A final technical point we would like to raise is our view that the proposed 1.5% Countercyclical Capital Buffer (CCyB) could be made much larger. We would propose at least a 3.0% buffer and we would take at least 1.5% from the conservation buffer. Some of this is semantics and signalling but most of all we want to see the RBNZ have more tools for dealing proactively with a dynamic economy.
We doubt that a sustained 16% is the “optimal” capital level for the systemically important banks.
In our view, this doubt is implied in the RBNZ’s own analysis given the 1.5% CCyB (so 14.5% is actually a likely central target expressed by the RBNZ). We think it is more useful to consider 16% as an extreme or maximum level of capital.
Our preference is for central banks to have more tools in a crisis. Interest rates are possibly too low to provide enough monetary stimulus to gain traction in a significant downturn. We are all learning that macro-prudential tools are an important adjacency for monetary policy and for the security of the financial system.
In the context of an end target of 14.0% to 14.5% we would recommend an early set 1.5% CCyB and provide scope to step this up to 3% overtime. We think that in extreme circumstances the CCyB could be set to 0%.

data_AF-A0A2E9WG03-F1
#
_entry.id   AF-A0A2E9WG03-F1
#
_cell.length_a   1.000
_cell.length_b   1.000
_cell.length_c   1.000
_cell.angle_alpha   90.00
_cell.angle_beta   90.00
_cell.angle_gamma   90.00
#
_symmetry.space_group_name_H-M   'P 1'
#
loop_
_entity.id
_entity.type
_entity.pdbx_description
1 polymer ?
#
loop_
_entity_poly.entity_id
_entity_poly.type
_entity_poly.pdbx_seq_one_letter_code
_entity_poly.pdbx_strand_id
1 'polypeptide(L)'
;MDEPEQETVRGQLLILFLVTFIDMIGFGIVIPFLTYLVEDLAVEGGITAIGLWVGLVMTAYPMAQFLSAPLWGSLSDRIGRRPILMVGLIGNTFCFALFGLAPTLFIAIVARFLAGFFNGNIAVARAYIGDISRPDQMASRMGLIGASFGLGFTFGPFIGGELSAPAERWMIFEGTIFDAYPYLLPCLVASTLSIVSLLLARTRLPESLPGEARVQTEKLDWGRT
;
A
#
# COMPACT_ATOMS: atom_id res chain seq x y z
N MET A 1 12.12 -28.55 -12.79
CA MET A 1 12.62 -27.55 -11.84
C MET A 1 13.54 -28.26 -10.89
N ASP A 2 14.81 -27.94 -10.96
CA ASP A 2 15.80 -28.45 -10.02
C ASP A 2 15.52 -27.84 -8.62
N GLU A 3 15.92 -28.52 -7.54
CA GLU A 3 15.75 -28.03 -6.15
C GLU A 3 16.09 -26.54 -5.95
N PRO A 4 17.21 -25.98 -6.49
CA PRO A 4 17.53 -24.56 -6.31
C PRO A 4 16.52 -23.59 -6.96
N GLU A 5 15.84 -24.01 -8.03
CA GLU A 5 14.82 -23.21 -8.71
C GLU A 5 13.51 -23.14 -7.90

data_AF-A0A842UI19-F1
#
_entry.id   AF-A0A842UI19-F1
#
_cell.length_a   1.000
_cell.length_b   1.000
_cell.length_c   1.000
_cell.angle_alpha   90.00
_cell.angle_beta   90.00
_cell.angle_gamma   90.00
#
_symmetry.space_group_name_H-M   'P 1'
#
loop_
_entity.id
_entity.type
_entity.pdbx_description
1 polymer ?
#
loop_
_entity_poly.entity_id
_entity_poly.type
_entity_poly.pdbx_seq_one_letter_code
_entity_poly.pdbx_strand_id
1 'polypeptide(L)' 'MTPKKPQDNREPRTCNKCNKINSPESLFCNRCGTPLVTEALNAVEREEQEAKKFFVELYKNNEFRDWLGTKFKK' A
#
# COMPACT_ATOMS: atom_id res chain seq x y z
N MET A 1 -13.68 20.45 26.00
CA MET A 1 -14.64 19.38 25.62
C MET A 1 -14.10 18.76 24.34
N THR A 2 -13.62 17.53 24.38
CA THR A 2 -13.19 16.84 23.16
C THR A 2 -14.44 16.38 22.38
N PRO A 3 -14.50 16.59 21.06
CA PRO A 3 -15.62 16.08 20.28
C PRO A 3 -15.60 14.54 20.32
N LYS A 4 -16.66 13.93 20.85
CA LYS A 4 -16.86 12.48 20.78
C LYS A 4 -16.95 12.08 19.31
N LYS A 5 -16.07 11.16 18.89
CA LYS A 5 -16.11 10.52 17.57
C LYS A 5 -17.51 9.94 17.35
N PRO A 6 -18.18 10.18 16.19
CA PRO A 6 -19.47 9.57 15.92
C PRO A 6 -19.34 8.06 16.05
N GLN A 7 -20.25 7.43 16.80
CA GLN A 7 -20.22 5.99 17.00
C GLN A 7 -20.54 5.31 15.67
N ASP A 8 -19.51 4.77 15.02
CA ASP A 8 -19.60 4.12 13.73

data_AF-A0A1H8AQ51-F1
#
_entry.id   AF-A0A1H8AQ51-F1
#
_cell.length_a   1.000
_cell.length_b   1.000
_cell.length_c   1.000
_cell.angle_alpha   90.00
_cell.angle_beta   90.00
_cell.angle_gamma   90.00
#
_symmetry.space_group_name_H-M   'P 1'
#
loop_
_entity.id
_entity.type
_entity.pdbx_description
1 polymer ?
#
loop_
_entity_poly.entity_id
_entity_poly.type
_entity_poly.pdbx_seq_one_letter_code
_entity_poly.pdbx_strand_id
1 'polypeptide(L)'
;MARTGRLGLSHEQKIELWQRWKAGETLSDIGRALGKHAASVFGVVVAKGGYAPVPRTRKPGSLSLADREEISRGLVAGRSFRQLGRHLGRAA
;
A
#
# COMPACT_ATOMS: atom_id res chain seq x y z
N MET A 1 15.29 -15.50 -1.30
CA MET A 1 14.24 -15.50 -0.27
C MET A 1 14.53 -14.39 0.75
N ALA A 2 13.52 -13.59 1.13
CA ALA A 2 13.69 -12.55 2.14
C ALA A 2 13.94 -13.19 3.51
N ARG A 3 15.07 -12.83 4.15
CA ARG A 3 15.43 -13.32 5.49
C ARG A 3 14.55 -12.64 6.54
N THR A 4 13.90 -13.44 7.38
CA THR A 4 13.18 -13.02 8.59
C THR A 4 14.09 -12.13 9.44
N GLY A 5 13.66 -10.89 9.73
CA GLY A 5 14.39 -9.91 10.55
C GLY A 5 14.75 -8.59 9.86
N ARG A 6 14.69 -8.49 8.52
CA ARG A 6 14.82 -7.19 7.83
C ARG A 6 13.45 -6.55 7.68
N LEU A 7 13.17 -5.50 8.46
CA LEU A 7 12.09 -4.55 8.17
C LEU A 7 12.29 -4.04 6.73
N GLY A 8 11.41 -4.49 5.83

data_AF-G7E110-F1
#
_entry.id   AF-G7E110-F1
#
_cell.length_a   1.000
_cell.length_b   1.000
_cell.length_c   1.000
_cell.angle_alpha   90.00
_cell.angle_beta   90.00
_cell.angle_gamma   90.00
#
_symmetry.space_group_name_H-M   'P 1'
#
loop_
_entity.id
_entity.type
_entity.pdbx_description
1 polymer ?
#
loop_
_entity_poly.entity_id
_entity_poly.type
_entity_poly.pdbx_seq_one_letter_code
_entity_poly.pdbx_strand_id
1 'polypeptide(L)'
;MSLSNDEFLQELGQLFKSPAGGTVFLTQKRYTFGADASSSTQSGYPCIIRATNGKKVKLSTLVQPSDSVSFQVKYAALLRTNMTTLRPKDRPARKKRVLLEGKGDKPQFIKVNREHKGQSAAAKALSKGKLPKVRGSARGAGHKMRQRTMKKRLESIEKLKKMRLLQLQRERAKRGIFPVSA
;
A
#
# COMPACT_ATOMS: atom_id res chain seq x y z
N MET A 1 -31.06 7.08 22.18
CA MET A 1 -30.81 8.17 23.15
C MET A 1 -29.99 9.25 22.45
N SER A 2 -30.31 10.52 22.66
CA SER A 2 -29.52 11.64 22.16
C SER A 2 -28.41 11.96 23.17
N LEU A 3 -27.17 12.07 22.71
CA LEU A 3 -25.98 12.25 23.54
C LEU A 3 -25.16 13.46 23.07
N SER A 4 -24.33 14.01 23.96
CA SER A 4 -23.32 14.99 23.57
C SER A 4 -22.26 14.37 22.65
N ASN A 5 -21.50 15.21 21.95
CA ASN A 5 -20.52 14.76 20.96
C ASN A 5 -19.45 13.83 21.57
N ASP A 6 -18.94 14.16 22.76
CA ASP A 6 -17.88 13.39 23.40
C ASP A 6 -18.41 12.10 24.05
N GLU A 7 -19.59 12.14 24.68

Our judgement is that something closer to 14.0% to 14.5% for the capital stack seems a more likely median position through the cycle that optimises the trade-offs. This view also takes into account that the RBNZ also recommends moving the bar significantly on the IRB capital floor further reducing leverage in the banking system.
The 14.0% to 14.5% optimal capital level reflects our assessment that the costs in terms of either higher net interest rates or lower net lending growth will have higher costs in terms of capital formation and lower GDP. Our submission is also led by our reading of the literature on optimal capital (Cline 2016 for instance). We think the modelling conducted by the RBNZ does not take into account transition costs, and the RBNZ has a higher estimate for the Modigliani-Miller effect than is likely in practice. As a result, while we would have a capability of stretching over time to a 16% capital position with a full CCyB, we would anticipate an over the cycle 14.0% to 14.5% average.
Additionally, we observe that banks generally will hold their own buffer above regulatory minimums. As Cline notes: “The reasonable policy approach, then, would seem to be to set the regulatory requirement at the central estimate of the optimal level, in the expectation that in practice the banks would add a cushion…”.